Sarah Cheung v. Canadian Transportation Agency, et al.

(Federal) (Civil) (By Leave)




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Human rights – Duty to accommodate – Person with disability requesting accommodations by airline to assist her in international air travel – Whether Court of Appeal erred by denying leave to appeal from decision of Canadian Transportation Agency that WestJet had discriminated against applicant on a prima facie basis, but denied her a remedy without considering whether WestJet could establish undue hardship – Whether Agency breached its duty of procedural fairness by preventing applicant from making full submissions on undue hardship.

The applicant has spinal muscular atrophy and experienced certain difficulties in travelling between Vancouver, British Columbia and Honolulu, Hawaii in May, 2012. She uses a wheelchair with a removable custom orthotic positioning device (“OPD”) to support her body without which she could not sit upright without extreme discomfort. During flights, she also requires an attendant to assist her with her medication and personal care. The respondent, Westjet Airlines, refused to allow her to use her OPD during the international flight and to provide one extra seat, free of charge, for one attendant. She applied the Canadian Transportation Agency pursuant to s. 172(1) of the Canada Transportation Act, S.C. 1996, c. 10, as amended, to determine whether there was an undue obstacle to the mobility of a person with a disability. If not permitted the use of her OPD, Ms. Cheung sought three seats free of charge – two seats for two attendants and one additional seat to allow her to lie down.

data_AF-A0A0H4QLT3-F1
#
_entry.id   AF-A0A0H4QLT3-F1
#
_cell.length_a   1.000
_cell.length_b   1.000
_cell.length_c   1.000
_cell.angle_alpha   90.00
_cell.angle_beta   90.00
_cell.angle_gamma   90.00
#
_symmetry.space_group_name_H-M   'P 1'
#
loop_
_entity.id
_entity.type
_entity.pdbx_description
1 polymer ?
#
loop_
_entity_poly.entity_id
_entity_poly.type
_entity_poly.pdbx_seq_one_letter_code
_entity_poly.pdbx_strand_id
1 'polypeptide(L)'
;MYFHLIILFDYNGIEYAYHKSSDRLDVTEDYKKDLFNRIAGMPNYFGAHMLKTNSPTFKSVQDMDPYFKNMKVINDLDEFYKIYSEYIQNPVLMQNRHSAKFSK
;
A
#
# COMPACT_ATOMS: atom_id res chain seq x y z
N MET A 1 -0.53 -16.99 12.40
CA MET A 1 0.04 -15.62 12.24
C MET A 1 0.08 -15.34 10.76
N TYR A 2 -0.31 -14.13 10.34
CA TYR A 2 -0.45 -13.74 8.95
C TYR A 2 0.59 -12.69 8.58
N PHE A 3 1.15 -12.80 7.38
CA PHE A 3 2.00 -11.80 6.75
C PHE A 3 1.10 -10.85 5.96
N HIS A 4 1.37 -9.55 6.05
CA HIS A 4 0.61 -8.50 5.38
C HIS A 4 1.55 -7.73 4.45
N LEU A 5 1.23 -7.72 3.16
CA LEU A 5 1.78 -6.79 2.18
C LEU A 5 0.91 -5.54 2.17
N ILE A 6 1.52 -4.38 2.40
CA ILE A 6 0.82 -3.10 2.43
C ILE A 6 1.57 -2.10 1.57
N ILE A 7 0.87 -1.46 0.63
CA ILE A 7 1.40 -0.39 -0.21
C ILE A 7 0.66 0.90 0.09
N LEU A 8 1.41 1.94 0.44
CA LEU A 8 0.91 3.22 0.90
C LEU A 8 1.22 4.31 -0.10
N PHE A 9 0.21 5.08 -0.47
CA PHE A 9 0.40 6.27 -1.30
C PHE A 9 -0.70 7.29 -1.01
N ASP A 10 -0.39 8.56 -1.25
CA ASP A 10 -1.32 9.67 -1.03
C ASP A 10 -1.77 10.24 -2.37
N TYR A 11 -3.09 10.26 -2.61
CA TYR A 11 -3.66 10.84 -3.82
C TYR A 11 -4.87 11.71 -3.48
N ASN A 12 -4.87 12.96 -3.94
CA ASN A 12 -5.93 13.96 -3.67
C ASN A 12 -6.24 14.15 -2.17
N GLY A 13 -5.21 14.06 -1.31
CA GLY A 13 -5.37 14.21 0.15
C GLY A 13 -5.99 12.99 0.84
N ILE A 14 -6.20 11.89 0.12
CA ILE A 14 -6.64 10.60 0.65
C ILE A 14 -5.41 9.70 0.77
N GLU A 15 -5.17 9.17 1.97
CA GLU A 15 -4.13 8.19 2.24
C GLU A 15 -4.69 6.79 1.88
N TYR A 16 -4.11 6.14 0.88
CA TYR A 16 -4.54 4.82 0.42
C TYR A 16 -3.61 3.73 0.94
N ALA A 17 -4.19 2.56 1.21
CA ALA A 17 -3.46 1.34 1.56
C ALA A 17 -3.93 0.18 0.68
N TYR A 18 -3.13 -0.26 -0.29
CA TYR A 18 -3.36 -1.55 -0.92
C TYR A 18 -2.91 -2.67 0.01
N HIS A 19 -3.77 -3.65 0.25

Lower Court Rulings

October 13, 2015
Canadian Transportation Agency

Decision that refusal to permit applicant to use OPD during flight constituted undue obstacle to her mobility. No corrective measures required. One-person, one-fare principle not expanded to international routes
December 21, 2015
Federal Court of Appeal

Applicant’s application for leave to appeal dismissed